The level of support for continuing fossil fuel expansion from governments around the world remains “dangerously out of sync” with climate targets, and production of coal, oil and gas needs to be cut by more than half, the UN Environment programme (UNEP) has warned ahead of the Cop26 climate summit.
UNEP’s 2021 Production Gap Report found that despite climate ambitions and net-zero commitments increasing around the world, governments are also still planning to produce “more than double the amount of fossil fuels in 2030 than what would be consistent with limiting global warming to 1.5C”.
Just two weeks ahead of the critical climate summit in Glasgow, the report warns that over the next two decades, governments are collectively projecting an increase in global oil and gas production, and only a modest decrease in coal production.
In total, the current trajectory will put the world on course to see global fossil fuel production increasing until at least 2040, creating an ever-widening ‘production gap’ between the level of fossil fuels which can still be excavated and burnt, and the considerably higher level the world is seeing.
Inger Andersen, the executive director of UNEP, said: “The devastating impacts of climate change are here for all to see. There is still time to limit long-term warming to 1.5C, but this window of opportunity is rapidly closing.
“At Cop26 and beyond, the world’s governments must step up, taking rapid and immediate steps to close the fossil fuel production gap and ensure a just and equitable transition. This is what climate ambition looks like.”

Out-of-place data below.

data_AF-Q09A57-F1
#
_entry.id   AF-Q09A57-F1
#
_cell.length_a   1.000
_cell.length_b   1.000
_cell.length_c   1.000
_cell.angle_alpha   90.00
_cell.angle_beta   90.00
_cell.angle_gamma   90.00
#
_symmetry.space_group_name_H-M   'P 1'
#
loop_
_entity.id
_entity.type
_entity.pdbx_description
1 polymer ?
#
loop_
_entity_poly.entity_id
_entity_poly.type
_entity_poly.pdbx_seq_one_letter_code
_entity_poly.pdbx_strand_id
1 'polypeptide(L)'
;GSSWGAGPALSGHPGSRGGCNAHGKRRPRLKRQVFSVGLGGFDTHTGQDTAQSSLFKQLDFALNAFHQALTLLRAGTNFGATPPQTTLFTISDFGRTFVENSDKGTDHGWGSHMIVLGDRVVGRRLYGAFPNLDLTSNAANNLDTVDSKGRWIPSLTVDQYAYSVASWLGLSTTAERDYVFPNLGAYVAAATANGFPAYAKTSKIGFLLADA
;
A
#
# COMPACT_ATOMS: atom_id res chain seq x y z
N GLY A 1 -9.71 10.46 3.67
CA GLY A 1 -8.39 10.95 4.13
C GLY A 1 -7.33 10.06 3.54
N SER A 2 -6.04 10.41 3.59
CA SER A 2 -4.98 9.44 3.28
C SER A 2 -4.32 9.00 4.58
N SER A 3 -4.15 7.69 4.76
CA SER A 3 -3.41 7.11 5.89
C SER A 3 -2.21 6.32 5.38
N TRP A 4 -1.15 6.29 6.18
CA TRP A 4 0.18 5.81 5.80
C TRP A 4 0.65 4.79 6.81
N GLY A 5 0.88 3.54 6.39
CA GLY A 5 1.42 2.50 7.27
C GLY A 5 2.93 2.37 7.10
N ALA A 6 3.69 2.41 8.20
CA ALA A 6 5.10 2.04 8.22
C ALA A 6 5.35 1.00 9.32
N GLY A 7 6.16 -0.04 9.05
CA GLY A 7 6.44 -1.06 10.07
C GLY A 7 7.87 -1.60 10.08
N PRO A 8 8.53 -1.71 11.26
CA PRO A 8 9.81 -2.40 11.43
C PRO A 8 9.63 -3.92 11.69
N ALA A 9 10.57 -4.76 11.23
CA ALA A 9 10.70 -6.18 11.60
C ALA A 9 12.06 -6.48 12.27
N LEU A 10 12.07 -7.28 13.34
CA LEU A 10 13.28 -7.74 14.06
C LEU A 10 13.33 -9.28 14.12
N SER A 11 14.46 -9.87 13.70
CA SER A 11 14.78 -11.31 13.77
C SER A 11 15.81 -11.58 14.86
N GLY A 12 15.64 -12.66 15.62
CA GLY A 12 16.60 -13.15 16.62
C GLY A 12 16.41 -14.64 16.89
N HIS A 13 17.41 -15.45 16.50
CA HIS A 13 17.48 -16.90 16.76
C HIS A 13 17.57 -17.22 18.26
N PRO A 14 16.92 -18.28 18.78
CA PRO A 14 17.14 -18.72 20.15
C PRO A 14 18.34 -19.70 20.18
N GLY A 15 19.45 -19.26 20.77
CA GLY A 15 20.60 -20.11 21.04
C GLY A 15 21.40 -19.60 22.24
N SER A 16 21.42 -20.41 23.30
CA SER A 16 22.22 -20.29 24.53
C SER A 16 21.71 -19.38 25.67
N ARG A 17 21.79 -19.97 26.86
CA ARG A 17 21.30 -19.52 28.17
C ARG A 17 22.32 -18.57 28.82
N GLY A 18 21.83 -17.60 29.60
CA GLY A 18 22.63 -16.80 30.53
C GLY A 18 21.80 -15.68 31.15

The report profiles 15 countries and reveals that most of their governments continue to provide significant policy support for fossil fuel production.
These are: Australia, Brazil, Canada, China, Germany, India, Indonesia, Mexico, Norway, Russia, Saudi Arabia, South Africa, the United Arab Emirates, the United Kingdom, and the United States.
For the UK, the report notes: “In March 2021, the UK government announced a North Sea Transition Deal with its offshore oil and gas industry that will not stop national fossil fuel exploration or production.”
It adds: “The North Sea Transition Deal will invest in skills and job training oriented around CCS [carbon capture and storage] and hydrogen, complementing continued oil and gas production and with no plans for a wind-down in production.”
In the US, the report states that the government has long incentivised expansion of US oil and gas, and “provides over a dozen subsidies to coal, oil, and gas production”, and warns that state administrations often offer further subsidies.
It added that the US “leases public lands and waters for fossil fuel extraction, often at below-market rates”, and also said the country indirectly supports fossil fuels through activities such as road-building programmes.
The report’s authors said that in total, world governments plan to produce around 110 per cent more fossil fuels in 2030 than would be consistent with limiting warming to 1.5C, and almost half (45 per cent) more than consistent with 2C.
Governments’ existing production plans and projections currently lead to about 240 per cent more coal, 57 per cent more oil, and 71 per cent more gas in 2030 than would be consistent with limiting global warming to 1.5C.
“The research is clear: global coal, oil, and gas production must start declining immediately and steeply to be consistent with limiting long-term warming to 1.5C,” said Ploy Achakulwisut, a lead author on the report and a scientist at the Stockholm Environment Institute.
“However, governments continue to plan for and support levels of fossil fuel production that are vastly in excess of what we can safely burn."
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